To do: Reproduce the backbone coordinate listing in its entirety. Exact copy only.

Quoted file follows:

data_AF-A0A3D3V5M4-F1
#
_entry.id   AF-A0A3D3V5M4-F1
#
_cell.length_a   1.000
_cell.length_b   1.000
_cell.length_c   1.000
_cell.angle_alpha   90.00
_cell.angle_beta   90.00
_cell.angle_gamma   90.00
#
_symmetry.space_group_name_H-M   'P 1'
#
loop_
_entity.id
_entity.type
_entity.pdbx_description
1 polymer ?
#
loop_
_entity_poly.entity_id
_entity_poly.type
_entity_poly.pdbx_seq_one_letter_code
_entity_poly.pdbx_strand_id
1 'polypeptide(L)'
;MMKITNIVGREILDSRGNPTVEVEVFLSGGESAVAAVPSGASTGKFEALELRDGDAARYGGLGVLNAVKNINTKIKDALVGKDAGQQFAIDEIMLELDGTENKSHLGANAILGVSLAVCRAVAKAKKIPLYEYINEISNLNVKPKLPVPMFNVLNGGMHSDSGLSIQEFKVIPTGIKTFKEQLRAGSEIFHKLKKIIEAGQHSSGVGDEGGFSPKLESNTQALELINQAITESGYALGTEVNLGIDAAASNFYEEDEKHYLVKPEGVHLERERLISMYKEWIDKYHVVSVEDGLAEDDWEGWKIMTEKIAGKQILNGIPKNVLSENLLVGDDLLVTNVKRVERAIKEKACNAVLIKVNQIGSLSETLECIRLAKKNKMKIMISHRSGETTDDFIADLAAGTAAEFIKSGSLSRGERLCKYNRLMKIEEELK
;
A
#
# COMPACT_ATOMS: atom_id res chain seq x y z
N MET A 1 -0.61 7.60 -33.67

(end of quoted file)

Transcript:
data_AF-A0A3D3V5M4-F1
#
_entry.id   AF-A0A3D3V5M4-F1
#
_cell.length_a   1.000
_cell.length_b   1.000
_cell.length_c   1.000
_cell.angle_alpha   90.00
_cell.angle_beta   90.00
_cell.angle_gamma   90.00
#
_symmetry.space_group_name_H-M   'P 1'
#
loop_
_entity.id
_entity.type
_entity.pdbx_description
1 polymer ?
#
loop_
_entity_poly.entity_id
_entity_poly.type
_entity_poly.pdbx_seq_one_letter_code
_entity_poly.pdbx_strand_id
1 'polypeptide(L)'
;MMKITNIVGREILDSRGNPTVEVEVFLSGGESAVAAVPSGASTGKFEALELRDGDAARYGGLGVLNAVKNINTKIKDALVGKDAGQQFAIDEIMLELDGTENKSHLGANAILGVSLAVCRAVAKAKKIPLYEYINEISNLNVKPKLPVPMFNVLNGGMHSDSGLSIQEFKVIPTGIKTFKEQLRAGSEIFHKLKKIIEAGQHSSGVGDEGGFSPKLESNTQALELINQAITESGYALGTEVNLGIDAAASNFYEEDEKHYLVKPEGVHLERERLISMYKEWIDKYHVVSVEDGLAEDDWEGWKIMTEKIAGKQILNGIPKNVLSENLLVGDDLLVTNVKRVERAIKEKACNAVLIKVNQIGSLSETLECIRLAKKNKMKIMISHRSGETTDDFIADLAAGTAAEFIKSGSLSRGERLCKYNRLMKIEEELK
;
A
#
# COMPACT_ATOMS: atom_id res chain seq x y z
N MET A 1 -0.61 7.60 -33.67